Creationist utilizes Trump order to get granted permission to take stones from Grand Canyon

Published in Odd and Fun on 21st October 2017

Geologist Andrew Snelling sued US Department of the Interior when it initially turned down his plan to prove the Bibles great deluge story is true

An Australian geologist who is trying to prove the existence of the biblical great deluge will be allowed to collect boulder samples from the Grand Canyon.

Andrew Snelling was awarded a PhD by the University of Sydney in 1982 and is the director of research at Answers in Genesis, a Christian science group that believes in the literal interpreting of the Bible.

On Friday, News Corp reported that Snellings Grand Canyon research project had been approved after he agreed to drop-off a suit against the national parks administrators.

Snelling had sued the US Department of the Interior in May alleging religion discrimination after his proposal to remove 50 to 60 fist-sized boulder samples had initially been rejected for absence scientific merit.

His lawyers argued the park infringed a recent Donald Trump executive order expanding religion freedom, while Snelling told the Australian that the administrators turned me down because they didnt like the issues to I was asking.

However, Dr Gilles Brocard, a postdoctoral research fellow in geology at the University of Sydney, said the scientific proof was incompatible with Snellings hypothesis.

We know what the impact of extremely large floods on Earth are, he said. We know they happen sometimes, we have glaciers that have big ice dams that have a very distinct signature on the landscape. It creates highly special features that youre able to identify.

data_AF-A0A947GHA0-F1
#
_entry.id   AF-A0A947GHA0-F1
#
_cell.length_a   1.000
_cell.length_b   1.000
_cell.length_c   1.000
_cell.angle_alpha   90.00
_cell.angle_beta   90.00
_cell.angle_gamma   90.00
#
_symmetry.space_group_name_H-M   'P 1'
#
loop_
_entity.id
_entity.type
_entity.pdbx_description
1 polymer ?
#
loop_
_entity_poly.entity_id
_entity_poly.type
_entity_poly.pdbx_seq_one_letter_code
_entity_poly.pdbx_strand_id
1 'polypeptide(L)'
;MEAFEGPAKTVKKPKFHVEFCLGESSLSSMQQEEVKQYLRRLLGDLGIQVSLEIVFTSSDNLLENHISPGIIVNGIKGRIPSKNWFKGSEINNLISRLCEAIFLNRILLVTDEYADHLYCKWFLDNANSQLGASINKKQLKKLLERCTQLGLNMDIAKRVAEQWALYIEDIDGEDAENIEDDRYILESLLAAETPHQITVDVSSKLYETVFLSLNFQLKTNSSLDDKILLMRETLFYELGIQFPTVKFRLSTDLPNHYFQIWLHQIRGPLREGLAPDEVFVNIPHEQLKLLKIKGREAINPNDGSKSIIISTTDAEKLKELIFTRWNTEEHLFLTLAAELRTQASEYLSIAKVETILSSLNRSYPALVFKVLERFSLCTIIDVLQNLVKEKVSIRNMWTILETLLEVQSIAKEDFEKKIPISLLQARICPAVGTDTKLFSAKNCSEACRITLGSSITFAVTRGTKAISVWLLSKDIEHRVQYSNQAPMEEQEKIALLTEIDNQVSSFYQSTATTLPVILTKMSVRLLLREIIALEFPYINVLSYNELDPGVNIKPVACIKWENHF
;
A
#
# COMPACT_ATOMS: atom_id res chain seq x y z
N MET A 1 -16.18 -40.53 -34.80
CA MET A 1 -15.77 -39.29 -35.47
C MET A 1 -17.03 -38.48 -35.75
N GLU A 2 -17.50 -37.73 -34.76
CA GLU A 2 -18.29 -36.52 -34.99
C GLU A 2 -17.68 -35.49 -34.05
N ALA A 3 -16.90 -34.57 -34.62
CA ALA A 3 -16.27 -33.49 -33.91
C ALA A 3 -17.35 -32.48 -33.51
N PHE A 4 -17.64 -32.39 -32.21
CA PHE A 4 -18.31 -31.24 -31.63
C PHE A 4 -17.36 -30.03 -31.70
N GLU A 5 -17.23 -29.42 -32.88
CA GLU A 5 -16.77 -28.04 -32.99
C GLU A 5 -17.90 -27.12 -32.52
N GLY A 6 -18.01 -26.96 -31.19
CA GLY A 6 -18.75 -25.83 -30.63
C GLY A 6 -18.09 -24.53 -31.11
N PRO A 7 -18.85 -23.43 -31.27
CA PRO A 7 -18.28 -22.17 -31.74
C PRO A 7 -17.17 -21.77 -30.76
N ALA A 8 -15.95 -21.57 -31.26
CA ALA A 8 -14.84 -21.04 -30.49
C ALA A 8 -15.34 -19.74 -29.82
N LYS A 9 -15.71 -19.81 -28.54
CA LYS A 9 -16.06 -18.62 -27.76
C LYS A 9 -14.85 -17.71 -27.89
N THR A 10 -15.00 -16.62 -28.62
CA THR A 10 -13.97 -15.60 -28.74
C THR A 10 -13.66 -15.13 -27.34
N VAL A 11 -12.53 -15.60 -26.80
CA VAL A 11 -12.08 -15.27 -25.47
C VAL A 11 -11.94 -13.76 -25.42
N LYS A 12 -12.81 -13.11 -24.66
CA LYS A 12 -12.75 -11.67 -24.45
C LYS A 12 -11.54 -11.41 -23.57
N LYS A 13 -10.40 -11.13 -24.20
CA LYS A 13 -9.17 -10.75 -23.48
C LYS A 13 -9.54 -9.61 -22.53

These are just normal rocks, they are mundane. They do not show traces of catastrophe.

Brocard said nuclear dating had find stones in the Grand Canyon that were 2bn years old, and that the age of the Ground was between 4.45 bn or 4.47 bn years old.

All the methods are concurrent, there are no contradictions. The only contradictions have been in the age of the canyon itself. Twenty years ago, people had the view that it formed around 20 million years ago, but more recently they think it may have formed in the past 5 million.

But this is a debate that is completely distinct from[ Snellings] debate, which is to say it formed in the past 20,000 years.

As an organisation, Answers in Genesis believes the Bibles story of creation is historical and not a myth, and have constructed a replica Noahs Ark in Williamstown, Kentucky.

Brocard said he could not comment on the full value of Snellings study until he released more details, but that the possibility of a great inundation had been discussed before.

Until the 19 th century there was a debate on whether the great inundation passed. I did my PhD in the Alps, and in the 19 th century they discovered all these big erratic boulders. Geologists asked if they were the result of a great deluge, but they soon realised the latter are the result of glaciers.

From what I understand[ Snelling] is trying to show that these stones didnt sort slowly over geographical hours, but that they formed very quickly. I suppose he wants to show that the rocks formed over the past 10,000 years, with some kind of deluge.

Snelling told the Australian that he would make the results of his analyse public, and that even if I dont find the evidence I guess I will find, it wouldnt assault my core beliefs.

The Australian Aborigines have narratives about a great inundation. You find similar narratives in China. Its all circumstantial but I believe the Bible is a record given to us by God and what I read in the Bible truly occurred.

Snelling and Answers in Genesis have been approached for comment.

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